Student Resource Guide - Introduction
Succeeding in College
Getting to college involves thoughtful preparation. It is important to start as early as possible. Arranging support services in college can take a lot of time, depending on the services that you need and the resources that are available. Being in college means managing a demanding schedule. It is important to develop and utilize personal skills such as self-advocacy, self-management and study skills.
Self Advocacy SkillsSelf-advocacy skills include knowing how to skillfully initiate action and interact with faculty, staff and other students to obtain support services necessary for your learning needs. If you require accommodation, you are the one who must recognize the need, make the initial contacts, follow up on these contacts, and maintain the necessary actions to receive the services needed. Request aid from your instructors. Don’t be intimidated by them; they are there to help. Seek help from Disabled Students Programs & Services (DSPS) for specific examples of how to initiate dialogue with your instructor.
Self-management SkillsSelf-management skills include planning academic and personal schedules that are reasonable and manageable on a day-to-day basis. Take into account your abilities and strengths as well as your disabilities. For some individuals, strength and ability may vary daily - flexibility is an important factor.
Study SkillsStudy skills involve knowing how to effectively learn from academic materials. This entails developing effective strategies for note taking during lectures and labs, completing reading assignments and taking tests. Development of each skill is important in order to have effective overall study habits. If your study skills are weak, ask a counselor about the Planning for Student Success, Strategies for Student Success and College Reading courses available on campus.
To be successful in college, many individuals with disabilities utilize assistance from on- and off-campus offices. An on-campus resource is Psychological Services, a program that provides free confidential counseling, crisis counseling, and assistance with exploring personal issues and decisions that help you continue successfully in college. An off campus resource is the Department of Rehabilitation,which provides support as you pursue your academic and vocational goals. DSPS is a good place to start and any DSP&S staff member is happy to provide you with a direct referral to any on- or off-campus personal or vocational services.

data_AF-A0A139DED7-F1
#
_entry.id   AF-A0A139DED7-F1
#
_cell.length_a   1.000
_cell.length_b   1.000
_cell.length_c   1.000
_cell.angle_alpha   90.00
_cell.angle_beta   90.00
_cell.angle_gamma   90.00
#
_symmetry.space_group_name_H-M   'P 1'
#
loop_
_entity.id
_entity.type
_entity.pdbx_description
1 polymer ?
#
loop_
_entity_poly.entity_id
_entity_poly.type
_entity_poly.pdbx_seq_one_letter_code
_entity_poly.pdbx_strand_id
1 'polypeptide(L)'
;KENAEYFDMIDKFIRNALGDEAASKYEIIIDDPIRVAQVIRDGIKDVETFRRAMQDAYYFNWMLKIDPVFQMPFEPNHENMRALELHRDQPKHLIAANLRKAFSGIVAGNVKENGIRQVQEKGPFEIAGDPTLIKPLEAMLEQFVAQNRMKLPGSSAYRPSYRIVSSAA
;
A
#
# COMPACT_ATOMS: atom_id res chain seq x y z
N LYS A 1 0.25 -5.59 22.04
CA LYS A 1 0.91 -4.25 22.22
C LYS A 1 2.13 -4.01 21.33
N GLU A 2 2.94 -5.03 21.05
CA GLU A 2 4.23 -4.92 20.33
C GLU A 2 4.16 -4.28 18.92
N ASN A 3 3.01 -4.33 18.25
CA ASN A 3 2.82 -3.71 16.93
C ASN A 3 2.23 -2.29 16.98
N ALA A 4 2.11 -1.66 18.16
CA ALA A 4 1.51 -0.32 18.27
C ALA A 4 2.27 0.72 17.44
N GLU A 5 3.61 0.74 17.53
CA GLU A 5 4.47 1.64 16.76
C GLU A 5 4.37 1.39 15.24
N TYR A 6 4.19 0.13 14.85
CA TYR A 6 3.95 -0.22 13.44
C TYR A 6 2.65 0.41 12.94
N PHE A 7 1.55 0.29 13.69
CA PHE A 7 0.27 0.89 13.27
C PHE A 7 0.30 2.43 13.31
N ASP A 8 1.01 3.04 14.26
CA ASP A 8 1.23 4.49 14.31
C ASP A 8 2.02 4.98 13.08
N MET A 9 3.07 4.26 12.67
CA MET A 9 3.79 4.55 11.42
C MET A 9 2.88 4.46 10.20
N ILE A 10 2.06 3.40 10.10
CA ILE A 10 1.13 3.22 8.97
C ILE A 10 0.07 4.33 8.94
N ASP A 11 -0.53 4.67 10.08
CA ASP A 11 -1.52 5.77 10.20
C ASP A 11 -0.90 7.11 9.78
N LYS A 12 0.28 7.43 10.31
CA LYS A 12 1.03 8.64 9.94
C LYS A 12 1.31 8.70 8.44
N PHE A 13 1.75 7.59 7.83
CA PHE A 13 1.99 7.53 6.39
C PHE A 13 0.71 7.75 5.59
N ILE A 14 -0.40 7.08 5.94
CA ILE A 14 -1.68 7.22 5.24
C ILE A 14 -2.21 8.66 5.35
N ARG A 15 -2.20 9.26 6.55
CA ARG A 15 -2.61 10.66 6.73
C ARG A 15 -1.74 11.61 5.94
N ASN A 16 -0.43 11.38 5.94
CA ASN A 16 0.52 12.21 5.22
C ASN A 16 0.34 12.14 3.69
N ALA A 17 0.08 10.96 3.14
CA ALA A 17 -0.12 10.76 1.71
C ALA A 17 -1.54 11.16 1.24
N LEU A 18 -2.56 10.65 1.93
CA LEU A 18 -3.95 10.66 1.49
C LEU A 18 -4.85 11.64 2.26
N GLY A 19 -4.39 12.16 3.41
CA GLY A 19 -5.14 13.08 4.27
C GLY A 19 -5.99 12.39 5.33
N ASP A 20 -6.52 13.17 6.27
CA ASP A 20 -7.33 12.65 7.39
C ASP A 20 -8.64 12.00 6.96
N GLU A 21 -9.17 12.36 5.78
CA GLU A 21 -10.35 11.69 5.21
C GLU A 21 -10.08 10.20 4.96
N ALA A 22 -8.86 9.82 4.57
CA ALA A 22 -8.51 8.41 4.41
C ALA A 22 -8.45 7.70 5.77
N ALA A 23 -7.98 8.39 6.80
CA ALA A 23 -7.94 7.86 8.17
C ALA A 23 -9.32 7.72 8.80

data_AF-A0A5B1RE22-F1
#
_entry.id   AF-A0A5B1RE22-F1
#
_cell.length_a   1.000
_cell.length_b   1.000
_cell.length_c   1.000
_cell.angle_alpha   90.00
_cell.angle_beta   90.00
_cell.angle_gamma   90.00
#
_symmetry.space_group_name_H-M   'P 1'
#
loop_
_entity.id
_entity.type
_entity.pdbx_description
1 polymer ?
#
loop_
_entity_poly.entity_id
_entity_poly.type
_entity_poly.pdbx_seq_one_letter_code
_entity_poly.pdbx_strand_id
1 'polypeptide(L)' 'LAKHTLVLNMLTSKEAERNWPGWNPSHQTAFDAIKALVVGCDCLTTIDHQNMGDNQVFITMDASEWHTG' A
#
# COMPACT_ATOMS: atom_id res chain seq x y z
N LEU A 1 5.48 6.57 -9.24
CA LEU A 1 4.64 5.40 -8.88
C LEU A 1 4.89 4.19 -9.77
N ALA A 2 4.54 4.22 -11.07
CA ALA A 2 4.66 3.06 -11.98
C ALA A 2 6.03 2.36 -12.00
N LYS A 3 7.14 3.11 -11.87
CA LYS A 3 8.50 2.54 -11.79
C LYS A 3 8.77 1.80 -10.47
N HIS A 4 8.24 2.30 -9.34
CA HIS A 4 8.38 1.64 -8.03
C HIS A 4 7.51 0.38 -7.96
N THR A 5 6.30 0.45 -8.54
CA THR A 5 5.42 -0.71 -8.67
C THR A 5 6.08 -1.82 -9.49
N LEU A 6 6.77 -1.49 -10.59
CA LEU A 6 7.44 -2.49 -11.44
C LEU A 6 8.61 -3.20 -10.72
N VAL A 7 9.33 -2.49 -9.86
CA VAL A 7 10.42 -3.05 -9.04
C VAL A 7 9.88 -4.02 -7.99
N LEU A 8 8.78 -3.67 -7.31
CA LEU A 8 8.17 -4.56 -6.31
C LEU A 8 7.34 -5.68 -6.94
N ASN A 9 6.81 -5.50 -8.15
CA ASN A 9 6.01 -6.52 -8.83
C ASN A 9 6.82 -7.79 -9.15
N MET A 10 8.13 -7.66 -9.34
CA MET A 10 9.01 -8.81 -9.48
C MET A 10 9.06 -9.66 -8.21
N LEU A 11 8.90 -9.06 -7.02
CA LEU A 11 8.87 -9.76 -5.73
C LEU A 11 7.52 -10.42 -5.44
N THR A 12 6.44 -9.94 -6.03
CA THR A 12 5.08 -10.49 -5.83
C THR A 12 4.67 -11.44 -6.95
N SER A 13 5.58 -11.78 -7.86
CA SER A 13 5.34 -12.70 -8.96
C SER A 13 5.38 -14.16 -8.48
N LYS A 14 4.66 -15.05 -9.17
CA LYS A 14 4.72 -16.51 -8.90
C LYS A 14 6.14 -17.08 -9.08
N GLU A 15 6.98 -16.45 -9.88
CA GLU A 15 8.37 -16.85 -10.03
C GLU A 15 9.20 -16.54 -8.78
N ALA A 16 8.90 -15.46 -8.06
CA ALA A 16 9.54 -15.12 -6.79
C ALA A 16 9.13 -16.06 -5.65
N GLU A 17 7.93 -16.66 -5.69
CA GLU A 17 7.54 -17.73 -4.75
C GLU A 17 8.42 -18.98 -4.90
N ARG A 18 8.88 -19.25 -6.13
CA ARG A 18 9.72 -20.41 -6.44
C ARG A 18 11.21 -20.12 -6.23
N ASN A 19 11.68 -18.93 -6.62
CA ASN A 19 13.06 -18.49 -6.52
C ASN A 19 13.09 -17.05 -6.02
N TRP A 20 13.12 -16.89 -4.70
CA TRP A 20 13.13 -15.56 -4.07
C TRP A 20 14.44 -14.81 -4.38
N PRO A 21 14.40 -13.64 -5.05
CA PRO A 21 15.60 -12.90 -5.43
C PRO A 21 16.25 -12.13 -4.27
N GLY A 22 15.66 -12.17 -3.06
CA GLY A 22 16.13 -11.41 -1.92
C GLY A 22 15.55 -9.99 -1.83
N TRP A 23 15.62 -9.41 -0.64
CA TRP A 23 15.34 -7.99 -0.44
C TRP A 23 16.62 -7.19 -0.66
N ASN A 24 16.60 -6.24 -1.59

Support services can be steady and continuous, or merely temporary. In many instances, a service that provides assistance requires ongoing attention. For example, to continue receiving some services, updates on progress, status reports and/or renewal requests may be required. Make time in your schedule for the support services you need!
Computer resources are essential tools in college and many work settings. Assistive technologies make it possible for people with a variety of disabilities to make use of these powerful tools. Develop skills in word processing and information access for research purposes. Computers are available in various locations on campus: The Assistive Technology Center (Bldg. 10, Room 120), Language Arts Computer Writing Center (Bldg. 18, Room 189), Business Computer Labs (Bldg. 14), CIS Computer Labs (Bldg. 19) and the Library (Bldg. 9)
Working toward a career should begin early in your college life. Making wise academic choices (such as, choosing a major, selecting appropriate coursework, obtaining work experience) can assist you in working toward your career. The Career Center provides vital services and classes for students investigating different career options.
Be sensible about the number of credits you take, especially in your first semester. Be aware that the average time for homework is 2 to 3 hours of work outside of class for each hour the class meets. Due to the nature of each individual disability, this time frame may be increased. Consider this when you decide on how many classes to take. Work with your counselor.
Take advantage of the tutoring centers on campus - Math, Science, English and Reading. Instructors often organize study groups where students can work together on assignments and projects. Keep on the lookout for these opportunities. Notices about tutoring are often posted on bulletin boards and chalk boards in classrooms.
A social life is important. Make time in your schedule to socialize and get involved in extracurricular campus activities. Forming study groups is a good way to tackle challenging classes and meet new people. Joining campus clubs or organizations will help you connect with others with similar interests. Get involved with student government, meet student leaders and make a contribution to student life on campus.
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